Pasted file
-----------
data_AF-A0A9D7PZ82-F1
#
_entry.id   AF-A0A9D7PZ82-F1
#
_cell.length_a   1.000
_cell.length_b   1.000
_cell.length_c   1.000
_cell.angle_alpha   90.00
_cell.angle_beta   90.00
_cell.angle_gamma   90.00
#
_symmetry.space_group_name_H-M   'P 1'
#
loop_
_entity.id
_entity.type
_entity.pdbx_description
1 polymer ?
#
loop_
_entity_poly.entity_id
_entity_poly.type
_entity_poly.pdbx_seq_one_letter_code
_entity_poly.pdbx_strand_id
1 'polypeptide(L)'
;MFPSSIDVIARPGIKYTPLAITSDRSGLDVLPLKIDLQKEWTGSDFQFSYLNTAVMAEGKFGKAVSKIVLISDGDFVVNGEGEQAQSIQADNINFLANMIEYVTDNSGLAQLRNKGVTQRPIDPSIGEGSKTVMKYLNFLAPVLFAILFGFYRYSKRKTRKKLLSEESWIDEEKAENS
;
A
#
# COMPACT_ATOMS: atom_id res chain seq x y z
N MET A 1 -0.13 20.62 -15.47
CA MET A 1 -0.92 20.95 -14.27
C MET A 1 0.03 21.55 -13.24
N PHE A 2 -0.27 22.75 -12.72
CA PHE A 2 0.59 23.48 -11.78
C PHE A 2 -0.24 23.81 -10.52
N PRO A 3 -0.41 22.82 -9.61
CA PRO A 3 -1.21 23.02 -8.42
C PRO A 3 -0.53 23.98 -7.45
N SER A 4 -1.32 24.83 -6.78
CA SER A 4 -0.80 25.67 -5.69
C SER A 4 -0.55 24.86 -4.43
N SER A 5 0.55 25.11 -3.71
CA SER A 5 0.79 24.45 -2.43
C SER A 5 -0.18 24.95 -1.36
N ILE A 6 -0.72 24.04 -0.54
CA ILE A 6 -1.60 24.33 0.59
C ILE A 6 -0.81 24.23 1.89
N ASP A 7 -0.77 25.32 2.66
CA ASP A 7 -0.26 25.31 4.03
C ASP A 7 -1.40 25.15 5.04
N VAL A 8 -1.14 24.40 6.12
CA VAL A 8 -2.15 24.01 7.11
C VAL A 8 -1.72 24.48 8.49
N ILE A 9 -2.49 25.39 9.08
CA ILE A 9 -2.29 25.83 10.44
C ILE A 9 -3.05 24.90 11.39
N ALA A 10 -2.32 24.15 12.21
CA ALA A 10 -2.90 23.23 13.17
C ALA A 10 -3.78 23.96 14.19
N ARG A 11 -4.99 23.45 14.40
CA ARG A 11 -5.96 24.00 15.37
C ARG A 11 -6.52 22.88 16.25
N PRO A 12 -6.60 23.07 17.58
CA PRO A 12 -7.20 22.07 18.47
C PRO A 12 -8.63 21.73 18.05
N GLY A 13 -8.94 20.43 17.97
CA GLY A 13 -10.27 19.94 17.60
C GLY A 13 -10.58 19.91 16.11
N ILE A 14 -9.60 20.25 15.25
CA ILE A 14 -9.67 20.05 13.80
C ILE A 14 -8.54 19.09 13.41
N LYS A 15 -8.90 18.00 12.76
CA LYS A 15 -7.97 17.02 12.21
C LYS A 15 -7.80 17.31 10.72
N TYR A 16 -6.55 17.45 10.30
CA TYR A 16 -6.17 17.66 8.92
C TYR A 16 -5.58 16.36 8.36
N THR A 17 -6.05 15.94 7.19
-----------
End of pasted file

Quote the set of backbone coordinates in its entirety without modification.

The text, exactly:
data_AF-A0A9D7PZ82-F1
#
_entry.id   AF-A0A9D7PZ82-F1
#
_cell.length_a   1.000
_cell.length_b   1.000
_cell.length_c   1.000
_cell.angle_alpha   90.00
_cell.angle_beta   90.00
_cell.angle_gamma   90.00
#
_symmetry.space_group_name_H-M   'P 1'
#
loop_
_entity.id
_entity.type
_entity.pdbx_description
1 polymer ?
#
loop_
_entity_poly.entity_id
_entity_poly.type
_entity_poly.pdbx_seq_one_letter_code
_entity_poly.pdbx_strand_id
1 'polypeptide(L)'
;MFPSSIDVIARPGIKYTPLAITSDRSGLDVLPLKIDLQKEWTGSDFQFSYLNTAVMAEGKFGKAVSKIVLISDGDFVVNGEGEQAQSIQADNINFLANMIEYVTDNSGLAQLRNKGVTQRPIDPSIGEGSKTVMKYLNFLAPVLFAILFGFYRYSKRKTRKKLLSEESWIDEEKAENS
;
A
#
# COMPACT_ATOMS: atom_id res chain seq x y z
N MET A 1 -0.13 20.62 -15.47
CA MET A 1 -0.92 20.95 -14.27
C MET A 1 0.03 21.55 -13.24
N PHE A 2 -0.27 22.75 -12.72
CA PHE A 2 0.59 23.48 -11.78
C PHE A 2 -0.24 23.81 -10.52
N PRO A 3 -0.41 22.82 -9.61
CA PRO A 3 -1.21 23.02 -8.42
C PRO A 3 -0.53 23.98 -7.45
N SER A 4 -1.32 24.83 -6.78
CA SER A 4 -0.80 25.67 -5.69
C SER A 4 -0.55 24.86 -4.43
N SER A 5 0.55 25.11 -3.71
CA SER A 5 0.79 24.45 -2.43
C SER A 5 -0.18 24.95 -1.36
N ILE A 6 -0.72 24.04 -0.54
CA ILE A 6 -1.60 24.33 0.59
C ILE A 6 -0.81 24.23 1.89
N ASP A 7 -0.77 25.32 2.66
CA ASP A 7 -0.26 25.31 4.03
C ASP A 7 -1.40 25.15 5.04
N VAL A 8 -1.14 24.40 6.12
CA VAL A 8 -2.15 24.01 7.11
C VAL A 8 -1.72 24.48 8.49
N ILE A 9 -2.49 25.39 9.08
CA ILE A 9 -2.29 25.83 10.44
C ILE A 9 -3.05 24.90 11.39
N ALA A 10 -2.32 24.15 12.21
CA ALA A 10 -2.90 23.23 13.17
C ALA A 10 -3.78 23.96 14.19
N ARG A 11 -4.99 23.45 14.40
CA ARG A 11 -5.96 24.00 15.37
C ARG A 11 -6.52 22.88 16.25
N PRO A 12 -6.60 23.07 17.58
CA PRO A 12 -7.20 22.07 18.47
C PRO A 12 -8.63 21.73 18.05
N GLY A 13 -8.94 20.43 17.97
CA GLY A 13 -10.27 19.94 17.60
C GLY A 13 -10.58 19.91 16.11
N ILE A 14 -9.60 20.25 15.25
CA ILE A 14 -9.67 20.05 13.80
C ILE A 14 -8.54 19.09 13.41
N LYS A 15 -8.90 18.00 12.76
CA LYS A 15 -7.97 17.02 12.21
C LYS A 15 -7.80 17.31 10.72
N TYR A 16 -6.55 17.45 10.30
CA TYR A 16 -6.17 17.66 8.92
C TYR A 16 -5.58 16.36 8.36
N THR A 17 -6.05 15.94 7.19